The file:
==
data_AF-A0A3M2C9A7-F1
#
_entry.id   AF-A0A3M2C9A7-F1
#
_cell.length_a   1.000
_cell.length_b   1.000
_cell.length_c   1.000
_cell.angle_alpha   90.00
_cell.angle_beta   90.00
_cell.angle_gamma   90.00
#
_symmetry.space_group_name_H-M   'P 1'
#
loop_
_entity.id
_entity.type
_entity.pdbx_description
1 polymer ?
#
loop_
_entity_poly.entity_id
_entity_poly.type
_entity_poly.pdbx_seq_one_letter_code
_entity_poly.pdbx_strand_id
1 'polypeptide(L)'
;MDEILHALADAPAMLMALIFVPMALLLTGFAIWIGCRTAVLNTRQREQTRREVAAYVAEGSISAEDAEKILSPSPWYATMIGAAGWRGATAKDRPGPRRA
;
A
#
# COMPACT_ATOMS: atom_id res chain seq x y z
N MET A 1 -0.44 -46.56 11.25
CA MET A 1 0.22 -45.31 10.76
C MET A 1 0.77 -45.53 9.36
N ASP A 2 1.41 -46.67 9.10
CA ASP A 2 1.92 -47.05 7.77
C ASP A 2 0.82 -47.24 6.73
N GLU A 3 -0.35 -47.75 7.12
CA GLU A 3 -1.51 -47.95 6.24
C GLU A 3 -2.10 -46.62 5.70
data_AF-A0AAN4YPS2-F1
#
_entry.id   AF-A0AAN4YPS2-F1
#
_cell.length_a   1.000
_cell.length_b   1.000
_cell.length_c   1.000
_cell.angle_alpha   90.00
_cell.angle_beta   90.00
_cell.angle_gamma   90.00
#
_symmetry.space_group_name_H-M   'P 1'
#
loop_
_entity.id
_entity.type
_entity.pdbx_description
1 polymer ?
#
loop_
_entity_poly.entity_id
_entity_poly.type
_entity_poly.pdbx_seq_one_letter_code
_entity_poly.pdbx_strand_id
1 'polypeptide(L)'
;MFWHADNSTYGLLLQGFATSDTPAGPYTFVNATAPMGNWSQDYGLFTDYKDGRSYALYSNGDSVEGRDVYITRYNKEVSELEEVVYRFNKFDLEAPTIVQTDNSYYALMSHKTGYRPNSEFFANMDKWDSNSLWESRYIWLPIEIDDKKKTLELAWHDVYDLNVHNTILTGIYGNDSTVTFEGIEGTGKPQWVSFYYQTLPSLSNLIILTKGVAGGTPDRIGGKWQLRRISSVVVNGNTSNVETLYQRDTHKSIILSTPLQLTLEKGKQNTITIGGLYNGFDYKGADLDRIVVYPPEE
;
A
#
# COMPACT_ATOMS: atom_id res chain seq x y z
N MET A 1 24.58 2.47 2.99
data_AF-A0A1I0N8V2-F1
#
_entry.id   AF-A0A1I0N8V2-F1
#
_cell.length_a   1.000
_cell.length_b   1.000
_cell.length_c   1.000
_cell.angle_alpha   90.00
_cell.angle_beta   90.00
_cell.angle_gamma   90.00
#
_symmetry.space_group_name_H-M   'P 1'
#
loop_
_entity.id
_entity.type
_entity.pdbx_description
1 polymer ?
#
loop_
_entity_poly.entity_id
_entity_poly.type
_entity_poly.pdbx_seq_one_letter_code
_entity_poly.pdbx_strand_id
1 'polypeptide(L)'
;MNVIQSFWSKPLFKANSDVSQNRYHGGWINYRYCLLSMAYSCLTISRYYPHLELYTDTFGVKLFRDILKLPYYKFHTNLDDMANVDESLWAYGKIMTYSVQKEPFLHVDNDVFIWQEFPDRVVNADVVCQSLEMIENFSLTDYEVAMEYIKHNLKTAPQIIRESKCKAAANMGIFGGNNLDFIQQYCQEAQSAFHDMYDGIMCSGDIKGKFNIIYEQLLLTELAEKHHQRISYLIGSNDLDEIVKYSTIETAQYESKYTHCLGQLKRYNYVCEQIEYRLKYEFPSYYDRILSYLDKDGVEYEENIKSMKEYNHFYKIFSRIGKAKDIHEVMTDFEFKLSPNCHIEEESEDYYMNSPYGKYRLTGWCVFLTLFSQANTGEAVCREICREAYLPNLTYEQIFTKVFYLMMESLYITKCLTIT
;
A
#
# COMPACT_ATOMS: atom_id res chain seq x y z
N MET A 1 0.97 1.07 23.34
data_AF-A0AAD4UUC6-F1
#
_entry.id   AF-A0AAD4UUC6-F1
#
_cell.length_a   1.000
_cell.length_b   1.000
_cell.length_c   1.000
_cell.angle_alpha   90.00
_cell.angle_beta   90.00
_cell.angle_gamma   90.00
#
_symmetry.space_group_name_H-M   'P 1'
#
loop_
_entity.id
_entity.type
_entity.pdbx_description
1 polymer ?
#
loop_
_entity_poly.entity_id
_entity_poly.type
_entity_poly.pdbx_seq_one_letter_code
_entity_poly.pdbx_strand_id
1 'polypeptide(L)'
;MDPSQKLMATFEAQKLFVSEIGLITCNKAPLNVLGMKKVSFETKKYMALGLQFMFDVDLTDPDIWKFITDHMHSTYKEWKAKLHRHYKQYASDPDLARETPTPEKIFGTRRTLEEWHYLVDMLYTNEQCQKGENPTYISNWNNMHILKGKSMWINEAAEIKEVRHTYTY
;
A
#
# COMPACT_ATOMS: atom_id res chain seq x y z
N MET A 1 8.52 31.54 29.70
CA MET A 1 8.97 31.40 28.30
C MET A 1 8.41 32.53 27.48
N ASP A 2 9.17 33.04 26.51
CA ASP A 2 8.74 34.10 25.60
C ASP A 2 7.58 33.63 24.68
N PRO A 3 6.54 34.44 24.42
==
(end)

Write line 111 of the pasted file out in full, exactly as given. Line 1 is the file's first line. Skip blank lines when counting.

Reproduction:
_cell.angle_gamma   90.00